I Had a Pencil in My Foot- and what that means beyond injury

In 2018, I experienced an injury or rather "event" that I consider to be life defining.

To hear a more in depth story of how I came to have a pencil in my foot watch the video below.
you read that correctly. 
I said "in my foot."

In today's blog post, I would like to discuss the bigger picture of this whole fiasco.


My therapist recently said that "I seem to take pride in having a high pain tolerance." Something that is no doubt parallel with my eating disorder.

And up until she said this, I was unable to recognize this "trait" in myself.

My therapist recently said that "I seem to take pride in having a high pain tolerance."

She was spot on-

I feel a sense of "gratification" when sharing the awful things I have endured or parts of my health that I have sacrificed for the love of dance- whether that's sharing stories with directors I look up to or even strangers.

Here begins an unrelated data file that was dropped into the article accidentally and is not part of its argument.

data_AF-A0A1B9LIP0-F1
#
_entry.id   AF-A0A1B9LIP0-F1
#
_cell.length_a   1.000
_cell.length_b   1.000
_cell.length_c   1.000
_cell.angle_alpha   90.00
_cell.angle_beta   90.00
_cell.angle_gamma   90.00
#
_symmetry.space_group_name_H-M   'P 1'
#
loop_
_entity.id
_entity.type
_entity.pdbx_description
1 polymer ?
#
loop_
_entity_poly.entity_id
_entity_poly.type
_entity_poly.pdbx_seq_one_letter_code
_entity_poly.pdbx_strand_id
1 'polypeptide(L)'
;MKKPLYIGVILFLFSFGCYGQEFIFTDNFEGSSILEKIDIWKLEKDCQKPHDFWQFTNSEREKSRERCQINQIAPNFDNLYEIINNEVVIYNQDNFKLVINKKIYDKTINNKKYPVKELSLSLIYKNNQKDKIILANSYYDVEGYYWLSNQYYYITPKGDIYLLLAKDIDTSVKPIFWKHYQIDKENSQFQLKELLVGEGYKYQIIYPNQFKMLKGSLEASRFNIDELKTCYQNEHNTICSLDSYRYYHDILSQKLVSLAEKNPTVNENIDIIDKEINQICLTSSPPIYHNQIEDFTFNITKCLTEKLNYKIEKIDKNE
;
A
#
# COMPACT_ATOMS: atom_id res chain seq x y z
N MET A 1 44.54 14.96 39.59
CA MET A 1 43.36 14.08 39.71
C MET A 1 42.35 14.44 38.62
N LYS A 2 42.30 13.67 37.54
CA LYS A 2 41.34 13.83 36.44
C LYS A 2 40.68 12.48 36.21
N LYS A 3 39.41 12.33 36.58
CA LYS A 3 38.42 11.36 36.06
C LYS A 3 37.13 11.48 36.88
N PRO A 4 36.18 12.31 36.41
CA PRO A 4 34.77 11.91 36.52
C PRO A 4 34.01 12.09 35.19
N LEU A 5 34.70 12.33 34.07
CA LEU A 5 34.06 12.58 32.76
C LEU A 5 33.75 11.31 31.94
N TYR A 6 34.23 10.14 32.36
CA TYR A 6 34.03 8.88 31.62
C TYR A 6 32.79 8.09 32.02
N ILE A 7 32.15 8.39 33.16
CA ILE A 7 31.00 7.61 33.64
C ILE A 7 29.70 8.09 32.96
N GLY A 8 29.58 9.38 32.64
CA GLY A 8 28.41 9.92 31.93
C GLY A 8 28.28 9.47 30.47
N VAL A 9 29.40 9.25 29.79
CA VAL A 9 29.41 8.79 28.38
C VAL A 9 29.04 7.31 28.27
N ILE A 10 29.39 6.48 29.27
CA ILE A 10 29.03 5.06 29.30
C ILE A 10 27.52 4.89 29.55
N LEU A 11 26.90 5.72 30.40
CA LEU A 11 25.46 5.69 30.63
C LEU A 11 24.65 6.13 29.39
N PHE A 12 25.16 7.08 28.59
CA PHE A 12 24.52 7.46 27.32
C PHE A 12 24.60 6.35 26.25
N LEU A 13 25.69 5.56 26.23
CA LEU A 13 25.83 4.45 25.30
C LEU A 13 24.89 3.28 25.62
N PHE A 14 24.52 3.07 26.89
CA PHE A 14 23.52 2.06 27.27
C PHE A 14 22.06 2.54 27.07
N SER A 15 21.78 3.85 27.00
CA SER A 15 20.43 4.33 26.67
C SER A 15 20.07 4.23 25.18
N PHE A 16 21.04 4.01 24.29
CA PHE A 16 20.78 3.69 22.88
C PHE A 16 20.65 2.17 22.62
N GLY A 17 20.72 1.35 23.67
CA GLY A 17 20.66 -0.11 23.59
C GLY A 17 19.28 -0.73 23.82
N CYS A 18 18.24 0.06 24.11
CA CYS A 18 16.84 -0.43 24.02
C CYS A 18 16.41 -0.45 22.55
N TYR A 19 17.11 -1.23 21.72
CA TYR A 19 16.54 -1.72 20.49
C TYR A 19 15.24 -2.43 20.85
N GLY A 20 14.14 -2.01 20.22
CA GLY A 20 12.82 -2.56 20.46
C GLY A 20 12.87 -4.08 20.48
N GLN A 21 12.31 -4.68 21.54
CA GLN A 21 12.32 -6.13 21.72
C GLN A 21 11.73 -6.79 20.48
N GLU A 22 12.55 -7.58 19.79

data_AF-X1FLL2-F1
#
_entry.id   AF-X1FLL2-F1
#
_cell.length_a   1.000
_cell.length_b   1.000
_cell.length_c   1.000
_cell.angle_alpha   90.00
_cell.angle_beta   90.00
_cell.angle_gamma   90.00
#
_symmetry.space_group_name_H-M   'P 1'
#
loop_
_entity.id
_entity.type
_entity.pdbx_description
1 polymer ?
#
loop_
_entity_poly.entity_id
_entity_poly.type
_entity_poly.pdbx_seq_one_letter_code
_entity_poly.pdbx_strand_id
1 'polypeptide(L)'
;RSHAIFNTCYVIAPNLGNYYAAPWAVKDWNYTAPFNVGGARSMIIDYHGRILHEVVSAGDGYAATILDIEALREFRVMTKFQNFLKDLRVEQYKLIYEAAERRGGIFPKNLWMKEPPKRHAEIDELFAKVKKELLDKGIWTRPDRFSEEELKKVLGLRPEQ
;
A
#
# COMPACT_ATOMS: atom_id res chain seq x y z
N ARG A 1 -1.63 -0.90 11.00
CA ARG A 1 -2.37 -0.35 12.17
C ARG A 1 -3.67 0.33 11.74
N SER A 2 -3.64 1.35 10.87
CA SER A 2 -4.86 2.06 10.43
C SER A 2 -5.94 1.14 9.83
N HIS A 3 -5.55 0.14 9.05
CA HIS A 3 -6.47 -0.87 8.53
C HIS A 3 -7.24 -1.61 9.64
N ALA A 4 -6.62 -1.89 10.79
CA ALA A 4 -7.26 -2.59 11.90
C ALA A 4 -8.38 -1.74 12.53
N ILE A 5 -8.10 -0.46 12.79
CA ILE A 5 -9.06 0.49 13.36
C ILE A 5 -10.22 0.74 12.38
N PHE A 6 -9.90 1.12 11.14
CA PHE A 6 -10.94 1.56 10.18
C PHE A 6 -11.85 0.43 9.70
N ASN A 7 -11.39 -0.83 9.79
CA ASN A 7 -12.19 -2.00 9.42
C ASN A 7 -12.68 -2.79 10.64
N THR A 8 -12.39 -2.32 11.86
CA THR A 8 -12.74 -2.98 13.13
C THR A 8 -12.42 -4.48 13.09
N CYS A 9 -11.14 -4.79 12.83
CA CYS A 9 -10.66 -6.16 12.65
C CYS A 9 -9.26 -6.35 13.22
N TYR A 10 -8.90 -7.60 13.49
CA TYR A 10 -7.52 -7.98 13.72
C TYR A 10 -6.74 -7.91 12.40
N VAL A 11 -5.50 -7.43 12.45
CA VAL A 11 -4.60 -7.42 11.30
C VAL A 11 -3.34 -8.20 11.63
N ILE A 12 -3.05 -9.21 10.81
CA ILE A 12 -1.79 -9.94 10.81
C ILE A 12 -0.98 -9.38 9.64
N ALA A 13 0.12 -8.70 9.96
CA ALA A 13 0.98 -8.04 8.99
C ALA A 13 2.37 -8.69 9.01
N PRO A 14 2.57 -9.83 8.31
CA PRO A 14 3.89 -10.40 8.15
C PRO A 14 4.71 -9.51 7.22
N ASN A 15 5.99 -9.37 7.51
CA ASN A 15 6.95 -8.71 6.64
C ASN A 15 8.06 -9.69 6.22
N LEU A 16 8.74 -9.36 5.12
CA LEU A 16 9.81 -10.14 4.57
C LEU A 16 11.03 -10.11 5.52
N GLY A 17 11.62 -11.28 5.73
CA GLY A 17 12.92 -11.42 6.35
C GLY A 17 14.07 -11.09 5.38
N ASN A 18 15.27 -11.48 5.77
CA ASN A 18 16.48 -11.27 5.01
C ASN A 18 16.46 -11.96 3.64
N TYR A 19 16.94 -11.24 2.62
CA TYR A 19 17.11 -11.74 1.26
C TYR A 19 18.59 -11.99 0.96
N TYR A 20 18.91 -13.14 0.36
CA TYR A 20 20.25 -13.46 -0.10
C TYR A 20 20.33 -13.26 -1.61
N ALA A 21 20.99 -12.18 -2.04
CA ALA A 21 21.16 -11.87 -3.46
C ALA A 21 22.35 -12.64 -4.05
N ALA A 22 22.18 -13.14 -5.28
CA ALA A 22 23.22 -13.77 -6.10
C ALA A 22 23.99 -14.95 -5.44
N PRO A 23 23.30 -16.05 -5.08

The things I have experienced are things I would NEVER want my students to endure or even my peers. Yet when I share them, the looks of fear and shock on other's faces makes me feel like I am worthy or deserving of accolades.

I can't say I blame myself though, this is something I witnessed from a very young age in the world of dance, where comparison is always the name of the game. Whether that be dancer versus dancer and sometimes even teacher "competing" with the young dancers they are entrusted with.

I don't like to think of myself as a particularly competitive person, but in the environment, this nature is sometimes forced upon you, even when it feels foreign or unaligned with your personal values.